Archive | Teacher quality

Stop paying teachers like ‘widgets,’ lawmakers say

FORT LAUDERDALE – Too many schools pay all their teachers the same way. And that might be keeping talented people out of the profession, Rep. Manny Diaz, R-Hialeah, told a charter school gathering Friday.

Florida schools need to find a better way to reward top teachers, he said.

Most districts rely on “step-and-lane” salary schedules that pay teachers based on their level of graduate degree, and increase pay with each year of experience. Florida’s foray into merit pay added teacher evaluations to the mix. That had limited effects.

Diaz, who chairs the House’s education budget committee, said the system doesn’t offer enough to young teachers with outstanding classroom skills or unique qualifications in demanding fields. Too often, he said, teachers are treated like one is as good as the next.

“You’re not making widgets,” he said. “They’re treated in a fashion as if they were labor workers in a technical industry. They’re not. They’re professionals.”

Diaz, a former public school teacher and administrator, said when top-performing young teachers prepare to start a family, they often realize there’s only one sure path to a big salary increase. They angle for administration jobs. Every time that happens, he said, “you’re taking the best person out of the classroom.” Continue Reading →


Florida schools roundup: Scholarship oversight, tests, charter ban and more

Scholarship oversight: Florida’s school scholarship programs serve about 140,000 students and redirect almost $1 billion a year to private schools, but state regulation of those schools is so weak that many employ teachers who aren’t college graduates, falsify safety records but continue to stay in business, and fail to educate students without suffering the consequences public schools face, according to a newspaper’s investigation. The number of students using tax credit, Gardiner or McKay scholarships has more than tripled in the past decade. Step Up For Students, which hosts this blog, helps administer the tax credit and Gardiner scholarship programs. Orlando Sentinel.

Testing the tests: The Florida Department of Education hires a company to evaluate whether the SAT and ACT tests can replace the state’s 10th-grade language arts Florida Standards Assessments and algebra I end-of-course exams. The Legislature required the review as part of the new education law, H.B. 7069. The assessment is expected to be finished in time for Education Commissioner Pam Stewart to make a recommendation on the substitution by Jan. 1. Meanwhile, Stewart says the department won’t decide on whether to delay the spring assessments testing window until after the hurricane season is over. Gradebook.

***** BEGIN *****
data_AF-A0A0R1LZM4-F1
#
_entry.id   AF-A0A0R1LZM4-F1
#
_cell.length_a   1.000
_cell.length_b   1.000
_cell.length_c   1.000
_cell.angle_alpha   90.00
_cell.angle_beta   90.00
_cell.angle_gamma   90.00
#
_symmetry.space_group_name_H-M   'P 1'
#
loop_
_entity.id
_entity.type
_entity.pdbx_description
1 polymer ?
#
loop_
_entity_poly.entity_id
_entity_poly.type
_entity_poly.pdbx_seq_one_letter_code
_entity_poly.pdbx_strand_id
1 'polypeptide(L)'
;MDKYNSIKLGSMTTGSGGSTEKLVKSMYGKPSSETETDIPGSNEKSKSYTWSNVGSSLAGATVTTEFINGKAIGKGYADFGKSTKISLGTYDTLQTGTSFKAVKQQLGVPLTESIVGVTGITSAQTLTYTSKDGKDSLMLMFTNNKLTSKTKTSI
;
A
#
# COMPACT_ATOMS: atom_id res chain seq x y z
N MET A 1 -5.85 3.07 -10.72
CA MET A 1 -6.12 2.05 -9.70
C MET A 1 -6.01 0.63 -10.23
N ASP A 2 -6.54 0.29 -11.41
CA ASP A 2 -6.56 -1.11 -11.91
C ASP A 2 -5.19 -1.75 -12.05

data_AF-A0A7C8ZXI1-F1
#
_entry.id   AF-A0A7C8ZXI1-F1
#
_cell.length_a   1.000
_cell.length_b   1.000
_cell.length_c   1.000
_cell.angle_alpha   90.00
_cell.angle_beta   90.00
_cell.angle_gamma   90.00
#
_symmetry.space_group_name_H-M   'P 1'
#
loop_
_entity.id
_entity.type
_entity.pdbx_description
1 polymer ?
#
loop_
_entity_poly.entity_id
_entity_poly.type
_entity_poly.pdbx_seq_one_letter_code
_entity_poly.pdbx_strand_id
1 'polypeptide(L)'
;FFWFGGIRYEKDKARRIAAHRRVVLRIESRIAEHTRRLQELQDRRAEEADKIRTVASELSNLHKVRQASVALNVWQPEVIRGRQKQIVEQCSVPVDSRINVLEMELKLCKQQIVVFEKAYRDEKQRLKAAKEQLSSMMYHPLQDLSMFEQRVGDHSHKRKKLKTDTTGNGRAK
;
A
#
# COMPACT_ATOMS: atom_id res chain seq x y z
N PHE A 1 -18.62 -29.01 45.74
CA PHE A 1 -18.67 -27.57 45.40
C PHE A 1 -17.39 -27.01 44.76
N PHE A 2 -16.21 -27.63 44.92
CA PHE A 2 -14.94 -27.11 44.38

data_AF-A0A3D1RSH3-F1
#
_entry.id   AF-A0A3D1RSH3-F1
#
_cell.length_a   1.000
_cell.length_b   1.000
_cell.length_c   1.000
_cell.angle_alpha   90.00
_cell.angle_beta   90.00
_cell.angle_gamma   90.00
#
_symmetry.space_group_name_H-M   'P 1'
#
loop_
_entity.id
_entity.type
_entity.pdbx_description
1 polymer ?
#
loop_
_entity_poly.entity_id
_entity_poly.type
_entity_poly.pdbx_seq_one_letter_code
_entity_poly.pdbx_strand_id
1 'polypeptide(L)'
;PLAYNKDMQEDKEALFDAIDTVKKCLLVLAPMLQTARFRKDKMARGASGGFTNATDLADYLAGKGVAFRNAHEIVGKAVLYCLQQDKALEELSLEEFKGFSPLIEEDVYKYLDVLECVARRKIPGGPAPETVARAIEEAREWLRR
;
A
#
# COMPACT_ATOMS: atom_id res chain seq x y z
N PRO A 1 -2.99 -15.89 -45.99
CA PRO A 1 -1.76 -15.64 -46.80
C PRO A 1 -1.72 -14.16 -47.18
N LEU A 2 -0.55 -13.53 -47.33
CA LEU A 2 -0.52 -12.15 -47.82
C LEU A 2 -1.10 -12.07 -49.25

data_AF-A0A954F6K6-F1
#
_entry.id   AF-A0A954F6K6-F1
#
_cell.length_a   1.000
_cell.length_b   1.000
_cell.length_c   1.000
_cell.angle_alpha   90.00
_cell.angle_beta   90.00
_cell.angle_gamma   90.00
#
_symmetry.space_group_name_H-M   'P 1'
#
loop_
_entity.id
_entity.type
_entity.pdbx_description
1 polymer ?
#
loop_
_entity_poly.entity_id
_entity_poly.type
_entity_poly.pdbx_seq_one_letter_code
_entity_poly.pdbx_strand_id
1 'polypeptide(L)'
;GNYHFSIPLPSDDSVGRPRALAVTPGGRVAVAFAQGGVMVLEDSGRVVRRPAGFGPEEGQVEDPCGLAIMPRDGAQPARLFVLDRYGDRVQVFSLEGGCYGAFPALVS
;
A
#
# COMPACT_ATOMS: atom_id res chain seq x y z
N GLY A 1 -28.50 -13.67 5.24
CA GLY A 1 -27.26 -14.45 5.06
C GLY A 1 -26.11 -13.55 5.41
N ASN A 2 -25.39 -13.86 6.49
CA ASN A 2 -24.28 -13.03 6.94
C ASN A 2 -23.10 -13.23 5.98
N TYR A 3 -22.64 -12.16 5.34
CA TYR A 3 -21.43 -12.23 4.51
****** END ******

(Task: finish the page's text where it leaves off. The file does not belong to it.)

Charters schools: For the first time, the 50 or so charter schools in Palm Beach County were banned from this year’s “Showcase of Schools,” an event to show parents some of the most popular programs offered in county schools. School Superintendent Robert Avossa says the charter movement is “about spurring competition. So if that’s the case, why would you invite the competition to your event?” The incident is the latest in the escalating fight between district officials and charter schools. Palm Beach Post. The Florida Commission on Ethics rules that charter schools are not public agencies, but instead are more similar to business entities. Politico Florida.

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Florida schools roundup: Virtual school, dropouts, charter schools and more

Virtual school outreach: More than 20,000 Puerto Rican students displaced by Hurricane Maria will be offered free access to course offered by the Florida Virtual School, whether they’re at home or in Florida. “I am glad that Florida Virtual School has stepped up to help these families as they rebuild their lives,” says Gov. Rick Scott. “The state of Florida will continue to do all we can to help them during this challenging time.” The state is also encouraging all 67 school districts to accept displaced students. Many districts are already see enrollment of students from Puerto Rico and other areas hard-hit by the hurricane. WJHG. WFLA. WESH. WQAMMiami Herald. Orlando Sentinel. WWSB. WPLG. WUSF.

Dropout dollars: For-profit dropout recovery schools in Florida, Ohio and Illinois are aggressively recruiting at-risk students and counting them as enrolled even after they stop attending school in order to keep collecting public money, according to a review of public records and state auditors. Dropout recovery schools are enrolling an increasing number of struggling students who are offloaded by traditional high schools that want to keep test scores and graduation rates up. ProPublica.

Charter conversion: The Florida Department of Education has begun a process that could lead to the transfer of control of the Madison County Central School to a charter company. The state has informed the district it must reassign some teachers and form a community assessment team by Oct. 18. By Nov. 15, the school board would be presented three options: close the school, bring in an approved charter company to take over the school, or hire a charter company that is managed by the district. Superintendent Karen Pickles says the district-managed charter plan is the only acceptable option. Madison County Carrier.